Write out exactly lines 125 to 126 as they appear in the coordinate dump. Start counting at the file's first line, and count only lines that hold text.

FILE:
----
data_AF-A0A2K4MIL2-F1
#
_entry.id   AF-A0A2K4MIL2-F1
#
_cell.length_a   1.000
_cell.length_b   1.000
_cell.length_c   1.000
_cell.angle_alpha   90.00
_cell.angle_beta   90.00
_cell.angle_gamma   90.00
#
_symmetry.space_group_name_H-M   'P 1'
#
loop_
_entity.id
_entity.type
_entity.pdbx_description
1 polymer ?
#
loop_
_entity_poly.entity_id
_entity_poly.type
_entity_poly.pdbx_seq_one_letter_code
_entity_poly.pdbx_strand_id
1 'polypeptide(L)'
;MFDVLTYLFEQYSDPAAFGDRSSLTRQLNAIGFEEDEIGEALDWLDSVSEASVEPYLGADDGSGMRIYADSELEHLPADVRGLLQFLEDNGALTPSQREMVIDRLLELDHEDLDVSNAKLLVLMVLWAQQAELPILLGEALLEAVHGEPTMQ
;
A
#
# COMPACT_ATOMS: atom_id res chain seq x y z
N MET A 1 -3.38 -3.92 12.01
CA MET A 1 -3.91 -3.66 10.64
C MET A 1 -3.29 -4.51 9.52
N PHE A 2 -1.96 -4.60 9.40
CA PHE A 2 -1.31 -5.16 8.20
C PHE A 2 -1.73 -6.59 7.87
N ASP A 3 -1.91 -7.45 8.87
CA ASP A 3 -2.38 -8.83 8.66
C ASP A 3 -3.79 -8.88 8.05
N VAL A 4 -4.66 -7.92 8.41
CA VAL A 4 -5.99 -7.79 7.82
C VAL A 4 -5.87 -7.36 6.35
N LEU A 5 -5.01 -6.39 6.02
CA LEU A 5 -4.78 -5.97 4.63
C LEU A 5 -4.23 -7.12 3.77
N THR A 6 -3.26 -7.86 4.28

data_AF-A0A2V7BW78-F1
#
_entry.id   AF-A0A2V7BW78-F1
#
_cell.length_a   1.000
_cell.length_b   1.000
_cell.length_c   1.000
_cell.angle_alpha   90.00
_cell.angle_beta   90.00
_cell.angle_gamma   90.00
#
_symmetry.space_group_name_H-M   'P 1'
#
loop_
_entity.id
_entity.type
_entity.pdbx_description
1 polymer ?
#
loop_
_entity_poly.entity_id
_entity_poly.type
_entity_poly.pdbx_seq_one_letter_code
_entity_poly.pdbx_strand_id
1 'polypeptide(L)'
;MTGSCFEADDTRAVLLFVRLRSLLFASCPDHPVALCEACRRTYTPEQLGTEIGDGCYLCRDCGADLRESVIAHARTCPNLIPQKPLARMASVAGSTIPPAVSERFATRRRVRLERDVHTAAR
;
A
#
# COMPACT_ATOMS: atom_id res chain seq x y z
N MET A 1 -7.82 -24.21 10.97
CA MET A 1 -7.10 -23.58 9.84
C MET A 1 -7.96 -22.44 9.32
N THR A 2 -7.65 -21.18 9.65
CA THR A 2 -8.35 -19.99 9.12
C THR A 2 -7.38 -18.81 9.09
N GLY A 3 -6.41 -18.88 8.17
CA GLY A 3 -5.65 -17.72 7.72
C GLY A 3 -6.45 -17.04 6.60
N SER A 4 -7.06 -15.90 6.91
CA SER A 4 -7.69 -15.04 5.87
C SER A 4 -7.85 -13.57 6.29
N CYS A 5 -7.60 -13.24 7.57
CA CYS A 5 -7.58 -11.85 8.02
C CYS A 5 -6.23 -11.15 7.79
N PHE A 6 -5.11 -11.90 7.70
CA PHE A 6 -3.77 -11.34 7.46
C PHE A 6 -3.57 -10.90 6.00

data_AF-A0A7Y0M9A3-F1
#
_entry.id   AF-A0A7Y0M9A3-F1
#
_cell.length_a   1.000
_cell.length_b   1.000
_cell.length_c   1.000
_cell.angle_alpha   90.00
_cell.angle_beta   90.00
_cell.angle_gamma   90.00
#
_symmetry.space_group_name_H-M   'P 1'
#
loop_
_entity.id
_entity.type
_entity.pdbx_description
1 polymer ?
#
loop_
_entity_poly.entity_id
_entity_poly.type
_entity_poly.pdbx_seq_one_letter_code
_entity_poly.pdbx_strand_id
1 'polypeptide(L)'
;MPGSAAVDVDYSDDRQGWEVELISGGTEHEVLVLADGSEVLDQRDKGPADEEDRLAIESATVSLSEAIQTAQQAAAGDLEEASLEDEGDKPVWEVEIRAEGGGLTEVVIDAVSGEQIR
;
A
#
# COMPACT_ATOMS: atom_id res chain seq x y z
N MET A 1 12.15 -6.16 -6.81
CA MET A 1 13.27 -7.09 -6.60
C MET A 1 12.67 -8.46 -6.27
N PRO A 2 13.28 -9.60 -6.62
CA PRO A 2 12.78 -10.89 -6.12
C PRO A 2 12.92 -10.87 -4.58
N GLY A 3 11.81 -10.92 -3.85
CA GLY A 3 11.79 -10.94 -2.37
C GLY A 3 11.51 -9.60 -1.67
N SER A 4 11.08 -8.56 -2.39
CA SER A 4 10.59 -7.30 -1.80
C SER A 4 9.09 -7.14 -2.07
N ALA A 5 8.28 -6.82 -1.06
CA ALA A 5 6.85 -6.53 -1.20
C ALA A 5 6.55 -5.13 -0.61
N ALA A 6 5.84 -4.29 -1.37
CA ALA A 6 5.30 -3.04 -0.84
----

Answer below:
N MET A 1 12.15 -6.16 -6.81
CA MET A 1 13.27 -7.09 -6.60